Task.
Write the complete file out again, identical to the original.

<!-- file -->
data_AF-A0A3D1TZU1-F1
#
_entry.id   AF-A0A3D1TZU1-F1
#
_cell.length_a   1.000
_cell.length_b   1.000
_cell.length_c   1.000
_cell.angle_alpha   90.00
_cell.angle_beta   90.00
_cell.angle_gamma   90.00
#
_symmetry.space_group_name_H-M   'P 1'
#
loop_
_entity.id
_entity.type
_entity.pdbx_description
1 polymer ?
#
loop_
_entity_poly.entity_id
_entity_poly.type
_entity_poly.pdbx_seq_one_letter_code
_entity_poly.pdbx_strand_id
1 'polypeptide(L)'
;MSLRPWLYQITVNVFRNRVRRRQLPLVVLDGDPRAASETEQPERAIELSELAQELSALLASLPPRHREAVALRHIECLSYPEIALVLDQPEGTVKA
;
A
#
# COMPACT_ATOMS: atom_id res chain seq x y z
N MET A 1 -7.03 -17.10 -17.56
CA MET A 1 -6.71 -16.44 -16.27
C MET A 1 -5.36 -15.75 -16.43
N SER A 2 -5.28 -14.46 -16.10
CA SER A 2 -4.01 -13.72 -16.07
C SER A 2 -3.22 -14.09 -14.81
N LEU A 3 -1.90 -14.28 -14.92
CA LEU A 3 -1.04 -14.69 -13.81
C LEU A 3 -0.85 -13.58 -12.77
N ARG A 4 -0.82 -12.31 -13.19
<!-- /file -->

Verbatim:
data_AF-A0A3D1TZU1-F1
#
_entry.id   AF-A0A3D1TZU1-F1
#
_cell.length_a   1.000
_cell.length_b   1.000
_cell.length_c   1.000
_cell.angle_alpha   90.00
_cell.angle_beta   90.00
_cell.angle_gamma   90.00
#
_symmetry.space_group_name_H-M   'P 1'
#
loop_
_entity.id
_entity.type
_entity.pdbx_description
1 polymer ?
#
loop_
_entity_poly.entity_id
_entity_poly.type
_entity_poly.pdbx_seq_one_letter_code
_entity_poly.pdbx_strand_id
1 'polypeptide(L)'
;MSLRPWLYQITVNVFRNRVRRRQLPLVVLDGDPRAASETEQPERAIELSELAQELSALLASLPPRHREAVALRHIECLSYPEIALVLDQPEGTVKA
;
A
#
# COMPACT_ATOMS: atom_id res chain seq x y z
N MET A 1 -7.03 -17.10 -17.56
CA MET A 1 -6.71 -16.44 -16.27
C MET A 1 -5.36 -15.75 -16.43
N SER A 2 -5.28 -14.46 -16.10
CA SER A 2 -4.01 -13.72 -16.07
C SER A 2 -3.22 -14.09 -14.81
N LEU A 3 -1.90 -14.28 -14.92
CA LEU A 3 -1.04 -14.69 -13.81
C LEU A 3 -0.85 -13.58 -12.77
N ARG A 4 -0.82 -12.31 -13.19